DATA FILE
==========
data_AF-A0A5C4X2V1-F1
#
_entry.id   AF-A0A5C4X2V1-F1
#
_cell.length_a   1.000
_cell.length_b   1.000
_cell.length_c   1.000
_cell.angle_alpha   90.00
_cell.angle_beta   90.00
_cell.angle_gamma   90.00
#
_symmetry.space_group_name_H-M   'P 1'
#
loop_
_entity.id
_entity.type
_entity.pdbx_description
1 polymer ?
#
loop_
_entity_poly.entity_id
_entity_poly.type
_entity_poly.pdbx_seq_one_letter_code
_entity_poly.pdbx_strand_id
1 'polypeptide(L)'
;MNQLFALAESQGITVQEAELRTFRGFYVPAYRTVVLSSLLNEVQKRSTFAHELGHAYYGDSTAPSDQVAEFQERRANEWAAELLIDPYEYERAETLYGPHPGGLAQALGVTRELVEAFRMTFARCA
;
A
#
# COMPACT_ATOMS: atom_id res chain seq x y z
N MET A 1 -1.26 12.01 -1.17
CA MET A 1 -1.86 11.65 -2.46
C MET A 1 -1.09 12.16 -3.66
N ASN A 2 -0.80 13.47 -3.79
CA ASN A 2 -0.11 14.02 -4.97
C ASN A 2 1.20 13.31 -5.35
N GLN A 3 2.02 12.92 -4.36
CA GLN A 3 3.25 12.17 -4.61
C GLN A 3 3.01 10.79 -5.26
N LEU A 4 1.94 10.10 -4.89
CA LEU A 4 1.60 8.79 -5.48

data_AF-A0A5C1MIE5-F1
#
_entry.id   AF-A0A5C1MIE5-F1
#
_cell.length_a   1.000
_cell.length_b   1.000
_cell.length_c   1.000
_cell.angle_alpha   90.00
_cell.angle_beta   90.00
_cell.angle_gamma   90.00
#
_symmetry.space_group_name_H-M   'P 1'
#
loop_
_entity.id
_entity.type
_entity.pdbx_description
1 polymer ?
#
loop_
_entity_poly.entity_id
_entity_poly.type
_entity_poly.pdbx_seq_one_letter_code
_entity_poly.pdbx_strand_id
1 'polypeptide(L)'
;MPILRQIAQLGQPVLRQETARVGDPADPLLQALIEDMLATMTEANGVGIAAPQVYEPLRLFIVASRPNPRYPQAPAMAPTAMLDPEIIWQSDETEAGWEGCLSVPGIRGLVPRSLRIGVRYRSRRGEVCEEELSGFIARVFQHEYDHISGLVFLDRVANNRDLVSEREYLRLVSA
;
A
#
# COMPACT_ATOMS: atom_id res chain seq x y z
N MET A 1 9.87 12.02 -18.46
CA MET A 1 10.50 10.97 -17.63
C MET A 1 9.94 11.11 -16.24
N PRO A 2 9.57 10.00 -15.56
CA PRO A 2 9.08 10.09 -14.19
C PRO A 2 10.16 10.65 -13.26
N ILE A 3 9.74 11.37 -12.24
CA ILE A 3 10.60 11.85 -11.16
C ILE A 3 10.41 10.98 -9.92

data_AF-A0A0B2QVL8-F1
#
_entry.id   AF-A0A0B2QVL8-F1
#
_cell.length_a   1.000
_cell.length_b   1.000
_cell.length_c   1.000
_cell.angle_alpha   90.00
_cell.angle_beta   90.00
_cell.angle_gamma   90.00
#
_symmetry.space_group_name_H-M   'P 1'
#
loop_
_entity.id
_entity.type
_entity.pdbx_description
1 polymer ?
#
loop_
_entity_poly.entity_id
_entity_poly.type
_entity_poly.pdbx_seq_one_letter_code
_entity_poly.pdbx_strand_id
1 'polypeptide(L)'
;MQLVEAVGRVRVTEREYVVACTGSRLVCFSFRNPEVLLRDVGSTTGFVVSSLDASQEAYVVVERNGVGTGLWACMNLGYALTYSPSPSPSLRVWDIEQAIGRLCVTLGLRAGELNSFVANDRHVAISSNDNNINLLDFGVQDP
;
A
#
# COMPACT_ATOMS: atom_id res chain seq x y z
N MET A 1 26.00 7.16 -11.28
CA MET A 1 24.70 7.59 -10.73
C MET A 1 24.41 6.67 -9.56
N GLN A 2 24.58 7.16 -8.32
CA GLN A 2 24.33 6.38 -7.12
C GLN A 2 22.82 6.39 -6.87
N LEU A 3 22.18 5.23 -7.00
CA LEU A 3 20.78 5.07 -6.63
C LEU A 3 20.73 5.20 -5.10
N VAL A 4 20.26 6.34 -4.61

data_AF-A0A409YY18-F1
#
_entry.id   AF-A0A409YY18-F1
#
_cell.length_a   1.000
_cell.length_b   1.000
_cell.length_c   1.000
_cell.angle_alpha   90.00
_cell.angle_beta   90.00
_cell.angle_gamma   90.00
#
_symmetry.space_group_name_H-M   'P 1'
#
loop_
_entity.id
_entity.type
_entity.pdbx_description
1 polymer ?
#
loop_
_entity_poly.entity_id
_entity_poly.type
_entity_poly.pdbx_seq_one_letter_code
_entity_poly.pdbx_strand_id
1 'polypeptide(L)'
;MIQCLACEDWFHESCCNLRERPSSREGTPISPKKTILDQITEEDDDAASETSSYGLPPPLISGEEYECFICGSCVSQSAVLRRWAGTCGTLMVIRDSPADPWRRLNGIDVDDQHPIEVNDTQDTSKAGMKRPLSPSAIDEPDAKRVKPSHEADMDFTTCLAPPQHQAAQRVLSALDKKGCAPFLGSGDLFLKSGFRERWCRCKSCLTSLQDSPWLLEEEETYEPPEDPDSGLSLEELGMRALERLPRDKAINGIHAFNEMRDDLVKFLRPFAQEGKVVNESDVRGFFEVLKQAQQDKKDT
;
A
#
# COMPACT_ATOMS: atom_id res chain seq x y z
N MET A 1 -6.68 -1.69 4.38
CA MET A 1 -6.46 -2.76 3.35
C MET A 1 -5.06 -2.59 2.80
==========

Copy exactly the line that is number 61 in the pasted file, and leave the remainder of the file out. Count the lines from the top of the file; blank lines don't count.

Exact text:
loop_